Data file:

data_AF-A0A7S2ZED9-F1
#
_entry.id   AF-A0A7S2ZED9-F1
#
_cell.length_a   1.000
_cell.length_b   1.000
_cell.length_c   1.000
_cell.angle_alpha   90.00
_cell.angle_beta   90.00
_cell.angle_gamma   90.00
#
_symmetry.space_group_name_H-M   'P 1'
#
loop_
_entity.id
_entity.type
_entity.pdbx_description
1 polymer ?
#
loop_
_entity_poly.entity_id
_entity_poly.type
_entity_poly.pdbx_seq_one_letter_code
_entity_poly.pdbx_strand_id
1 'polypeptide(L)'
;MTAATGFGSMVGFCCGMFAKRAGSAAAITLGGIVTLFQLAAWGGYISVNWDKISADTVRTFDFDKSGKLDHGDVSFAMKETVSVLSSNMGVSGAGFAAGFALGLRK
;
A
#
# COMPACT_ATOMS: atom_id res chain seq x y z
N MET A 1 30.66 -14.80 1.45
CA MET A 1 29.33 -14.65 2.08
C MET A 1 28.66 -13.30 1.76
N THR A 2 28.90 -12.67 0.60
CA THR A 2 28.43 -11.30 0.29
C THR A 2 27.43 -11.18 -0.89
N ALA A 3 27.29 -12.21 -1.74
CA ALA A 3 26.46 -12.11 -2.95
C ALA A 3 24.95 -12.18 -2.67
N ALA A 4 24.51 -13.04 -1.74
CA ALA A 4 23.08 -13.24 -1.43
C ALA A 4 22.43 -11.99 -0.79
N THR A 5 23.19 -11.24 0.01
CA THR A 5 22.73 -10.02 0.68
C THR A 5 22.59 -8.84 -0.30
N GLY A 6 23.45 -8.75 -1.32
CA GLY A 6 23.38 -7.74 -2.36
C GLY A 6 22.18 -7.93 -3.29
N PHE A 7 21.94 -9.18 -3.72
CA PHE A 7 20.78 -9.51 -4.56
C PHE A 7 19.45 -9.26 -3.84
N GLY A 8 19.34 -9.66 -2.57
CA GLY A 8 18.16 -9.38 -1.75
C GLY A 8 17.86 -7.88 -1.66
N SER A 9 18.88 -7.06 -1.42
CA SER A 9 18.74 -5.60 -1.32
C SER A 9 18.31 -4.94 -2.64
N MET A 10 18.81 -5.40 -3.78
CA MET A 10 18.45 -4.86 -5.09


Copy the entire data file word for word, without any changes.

data_AF-A0A7S2ZED9-F1
#
_entry.id   AF-A0A7S2ZED9-F1
#
_cell.length_a   1.000
_cell.length_b   1.000
_cell.length_c   1.000
_cell.angle_alpha   90.00
_cell.angle_beta   90.00
_cell.angle_gamma   90.00
#
_symmetry.space_group_name_H-M   'P 1'
#
loop_
_entity.id
_entity.type
_entity.pdbx_description
1 polymer ?
#
loop_
_entity_poly.entity_id
_entity_poly.type
_entity_poly.pdbx_seq_one_letter_code
_entity_poly.pdbx_strand_id
1 'polypeptide(L)'
;MTAATGFGSMVGFCCGMFAKRAGSAAAITLGGIVTLFQLAAWGGYISVNWDKISADTVRTFDFDKSGKLDHGDVSFAMKETVSVLSSNMGVSGAGFAAGFALGLRK
;
A
#
# COMPACT_ATOMS: atom_id res chain seq x y z
N MET A 1 30.66 -14.80 1.45
CA MET A 1 29.33 -14.65 2.08
C MET A 1 28.66 -13.30 1.76
N THR A 2 28.90 -12.67 0.60
CA THR A 2 28.43 -11.30 0.29
C THR A 2 27.43 -11.18 -0.89
N ALA A 3 27.29 -12.21 -1.74
CA ALA A 3 26.46 -12.11 -2.95
C ALA A 3 24.95 -12.18 -2.67
N ALA A 4 24.51 -13.04 -1.74
CA ALA A 4 23.08 -13.24 -1.43
C ALA A 4 22.43 -11.99 -0.79
N THR A 5 23.19 -11.24 0.01
CA THR A 5 22.73 -10.02 0.68
C THR A 5 22.59 -8.84 -0.30
N GLY A 6 23.45 -8.75 -1.32
CA GLY A 6 23.38 -7.74 -2.36
C GLY A 6 22.18 -7.93 -3.29
N PHE A 7 21.94 -9.18 -3.72
CA PHE A 7 20.78 -9.51 -4.56
C PHE A 7 19.45 -9.26 -3.84
N GLY A 8 19.34 -9.66 -2.57
CA GLY A 8 18.16 -9.38 -1.75
C GLY A 8 17.86 -7.88 -1.66
N SER A 9 18.88 -7.06 -1.42
CA SER A 9 18.74 -5.60 -1.32
C SER A 9 18.31 -4.94 -2.64
N MET A 10 18.81 -5.40 -3.78
CA MET A 10 18.45 -4.86 -5.09